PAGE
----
When Mira Murati appeared on The Daily Show with Trevor Noah last October, OpenAI was only a month away from releasing ChatGPT.
Murati, as the company’s chief technology officer, had been responsible for leading the teams that pushed out the artificial intelligence chatbot that would catapult AI technology—and the debate about its use—into the mainstream.
On his show, Noah Murati asked how she grappled with the implications AI has for jobs. Murati said technology not only has an effect on society, but society “can and should also shape it”.
“There are a multitude of issues that we wrestle with every day,” she said.
Little did anyone know that a year later, one person whose job would be affected would be Murati’s boss: Sam Altman. Now, Murati has replaced the rising Silicon Valley star as CEO.
In a surprise statement, the company’s board said Friday that Altman’s departure “follows a deliberative board review process that concluded he was not consistently honest in his communications with the board” and that it lost “confidence in his abilities.” to continue to lead OpenAI”.
Questions remain about what exactly transpired between Altman and his company’s board of directors, which includes respected technology researchers and business executives. But the board said Murati can provide a smooth transition for the company as it looks for a permanent replacement.
Murati joined the company in 2018 as vice president of applied AI and partnerships, positioning himself to play key roles in the company’s development of its AI chatbot systems and Dall-E, which uses AI to create works of art. She was promoted to senior vice president of research, product and partnerships in 2020 and to chief technology officer in 2022.
“Given her long tenure and close involvement with all aspects of the company, including her experience in AI management and policy, the board believes she is uniquely qualified for the role and expects a seamless transition while conducting a formal search for a permanent CEO,” the board said in a statement.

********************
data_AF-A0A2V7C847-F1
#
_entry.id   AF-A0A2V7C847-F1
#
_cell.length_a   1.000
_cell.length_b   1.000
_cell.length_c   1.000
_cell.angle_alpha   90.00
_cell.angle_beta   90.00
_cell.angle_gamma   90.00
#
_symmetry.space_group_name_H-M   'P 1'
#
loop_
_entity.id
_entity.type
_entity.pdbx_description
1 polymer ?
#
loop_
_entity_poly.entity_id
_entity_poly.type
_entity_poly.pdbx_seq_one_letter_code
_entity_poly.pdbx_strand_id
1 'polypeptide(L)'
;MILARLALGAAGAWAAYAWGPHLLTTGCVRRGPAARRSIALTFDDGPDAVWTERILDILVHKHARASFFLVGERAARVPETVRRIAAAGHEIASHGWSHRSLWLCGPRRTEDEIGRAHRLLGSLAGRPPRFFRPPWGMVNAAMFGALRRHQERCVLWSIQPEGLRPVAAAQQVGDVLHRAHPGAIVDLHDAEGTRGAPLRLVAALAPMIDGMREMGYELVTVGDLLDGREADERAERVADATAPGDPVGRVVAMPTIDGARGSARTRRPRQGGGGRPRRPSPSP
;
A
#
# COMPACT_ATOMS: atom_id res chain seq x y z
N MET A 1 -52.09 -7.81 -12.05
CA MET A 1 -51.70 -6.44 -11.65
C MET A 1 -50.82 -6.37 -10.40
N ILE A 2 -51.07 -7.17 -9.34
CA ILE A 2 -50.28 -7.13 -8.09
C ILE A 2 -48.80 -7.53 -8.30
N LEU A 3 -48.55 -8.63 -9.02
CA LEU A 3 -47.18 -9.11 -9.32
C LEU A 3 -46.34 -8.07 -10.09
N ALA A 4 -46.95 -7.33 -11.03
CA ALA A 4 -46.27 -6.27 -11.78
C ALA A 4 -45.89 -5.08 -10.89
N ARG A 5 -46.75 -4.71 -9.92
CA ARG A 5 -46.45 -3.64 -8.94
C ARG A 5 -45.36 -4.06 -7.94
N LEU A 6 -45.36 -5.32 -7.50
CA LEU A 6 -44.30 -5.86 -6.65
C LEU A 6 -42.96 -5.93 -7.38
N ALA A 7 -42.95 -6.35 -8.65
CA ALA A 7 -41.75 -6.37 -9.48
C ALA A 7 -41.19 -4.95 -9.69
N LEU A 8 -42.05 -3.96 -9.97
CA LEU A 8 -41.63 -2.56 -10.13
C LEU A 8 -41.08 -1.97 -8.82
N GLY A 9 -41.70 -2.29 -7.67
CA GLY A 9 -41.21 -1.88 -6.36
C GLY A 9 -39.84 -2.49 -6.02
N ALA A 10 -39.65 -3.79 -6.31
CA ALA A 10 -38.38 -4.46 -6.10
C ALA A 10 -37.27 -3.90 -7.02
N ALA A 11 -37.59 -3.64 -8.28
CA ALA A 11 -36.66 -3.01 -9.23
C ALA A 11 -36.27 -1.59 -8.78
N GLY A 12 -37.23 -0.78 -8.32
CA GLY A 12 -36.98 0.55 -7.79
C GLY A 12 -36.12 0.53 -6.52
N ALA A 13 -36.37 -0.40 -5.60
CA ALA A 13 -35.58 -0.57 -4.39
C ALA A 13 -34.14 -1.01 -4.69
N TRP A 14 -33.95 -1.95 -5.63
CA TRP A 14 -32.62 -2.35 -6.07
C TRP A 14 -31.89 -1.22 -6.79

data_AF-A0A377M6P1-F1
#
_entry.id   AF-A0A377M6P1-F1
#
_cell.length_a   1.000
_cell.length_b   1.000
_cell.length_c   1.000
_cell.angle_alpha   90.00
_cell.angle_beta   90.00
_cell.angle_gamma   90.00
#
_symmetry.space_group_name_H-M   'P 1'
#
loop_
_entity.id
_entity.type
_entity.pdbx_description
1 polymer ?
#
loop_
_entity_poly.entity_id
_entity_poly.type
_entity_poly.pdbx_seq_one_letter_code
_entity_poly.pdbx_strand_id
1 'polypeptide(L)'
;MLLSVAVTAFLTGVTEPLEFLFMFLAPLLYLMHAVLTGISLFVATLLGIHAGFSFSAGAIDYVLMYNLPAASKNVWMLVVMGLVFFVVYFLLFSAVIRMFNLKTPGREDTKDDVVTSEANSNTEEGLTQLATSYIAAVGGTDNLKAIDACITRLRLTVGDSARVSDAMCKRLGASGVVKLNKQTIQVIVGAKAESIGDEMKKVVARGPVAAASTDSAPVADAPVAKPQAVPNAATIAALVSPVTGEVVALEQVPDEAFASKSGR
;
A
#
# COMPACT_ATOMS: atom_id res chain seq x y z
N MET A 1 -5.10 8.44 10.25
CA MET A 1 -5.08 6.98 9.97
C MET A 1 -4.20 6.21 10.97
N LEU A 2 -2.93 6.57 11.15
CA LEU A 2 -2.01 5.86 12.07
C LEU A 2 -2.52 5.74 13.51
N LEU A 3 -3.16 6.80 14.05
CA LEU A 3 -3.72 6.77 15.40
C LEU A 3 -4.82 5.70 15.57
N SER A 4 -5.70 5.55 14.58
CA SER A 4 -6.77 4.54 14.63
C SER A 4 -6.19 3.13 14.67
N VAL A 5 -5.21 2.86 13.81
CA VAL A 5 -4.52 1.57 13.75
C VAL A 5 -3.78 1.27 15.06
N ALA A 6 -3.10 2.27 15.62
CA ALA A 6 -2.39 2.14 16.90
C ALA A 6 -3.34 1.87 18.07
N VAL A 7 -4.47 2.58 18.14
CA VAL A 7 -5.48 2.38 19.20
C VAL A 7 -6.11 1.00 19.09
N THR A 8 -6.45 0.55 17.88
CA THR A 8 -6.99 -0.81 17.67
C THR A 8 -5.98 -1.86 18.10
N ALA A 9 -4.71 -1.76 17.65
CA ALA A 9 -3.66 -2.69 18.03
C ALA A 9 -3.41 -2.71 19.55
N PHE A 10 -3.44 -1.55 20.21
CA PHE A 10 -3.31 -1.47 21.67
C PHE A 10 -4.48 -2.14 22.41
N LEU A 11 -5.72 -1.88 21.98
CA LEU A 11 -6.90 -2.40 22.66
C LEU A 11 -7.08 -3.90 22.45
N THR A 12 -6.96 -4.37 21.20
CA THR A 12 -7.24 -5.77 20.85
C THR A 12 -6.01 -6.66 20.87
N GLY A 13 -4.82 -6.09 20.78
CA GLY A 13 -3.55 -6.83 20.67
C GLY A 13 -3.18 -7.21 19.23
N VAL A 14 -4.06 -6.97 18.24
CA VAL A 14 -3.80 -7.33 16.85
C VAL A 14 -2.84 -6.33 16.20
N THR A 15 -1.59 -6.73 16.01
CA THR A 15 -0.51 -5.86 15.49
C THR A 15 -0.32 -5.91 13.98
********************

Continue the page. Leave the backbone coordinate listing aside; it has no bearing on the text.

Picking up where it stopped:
Born in Albania, Murati moved to Canada when she was a teenager to study at an international school in Vancouver. She earned a degree in mechanical engineering from Dartmouth and eventually came to San Francisco to lead product and engineering teams at Leap Motion, which was developing a computer system that could track hand and finger movements.
During a brief stint at Tesla, she played a key role as a senior product manager in the development of the electric car maker’s Model X.
Murati told Fortune magazine earlier this year that growing up in Albania was a formative experience for her, as was working at Tesla, going “through the whole experience of designing and implementing an entire vehicle”.
Murati often emphasizes in interviews that OpenAI was a non-profit when she joined in 2018 and functioned more like a research lab than a typical Silicon Valley startup company.
“I had already worked in AI applications at Tesla,” she told Fortune. “But I was more interested in general intelligence. I wasn’t sure it would happen at the time, but I knew that even if we just got very close, the things we would build along the way would be incredible.
“I wanted to be a part of that.”
Murati has often spoken publicly about the power of AI as a tool, echoing sentiments expressed by Altman, a key champion of AI technology in a world that has grown skeptical of corporate technology.
“There are a lot of hard issues to figure out,” she told Time magazine earlier this year. “How do you get the model to do what you want it to do and how do you ensure that it is consistent with human intent and ultimately in the service of humanity?”
Satya Nadella, the CEO of Microsoft, who has pumped 13 billion USD into OpenAI in a key partnership managed by Murati, wrote in Time magazine in September that Murati has “demonstrated ability to bring together teams with technical expertise, commercial acumen and a deep understanding of the importance of mission”.
“As a result,” he wrote, “Mira has helped build some of the most exciting AI technologies we’ve ever seen.”
In a tumultuous period for OpenAI, Murati on Friday urged staff to remain focused on the company’s “core values.” The company is currently in negotiations for a new financing round, which could push its valuation up to at least DKK 80 billion. USD.
“We are now at a critical juncture where our tools are being widely deployed, developers are actively building on our platforms, and policymakers are considering the best way to regulate these systems,” she wrote.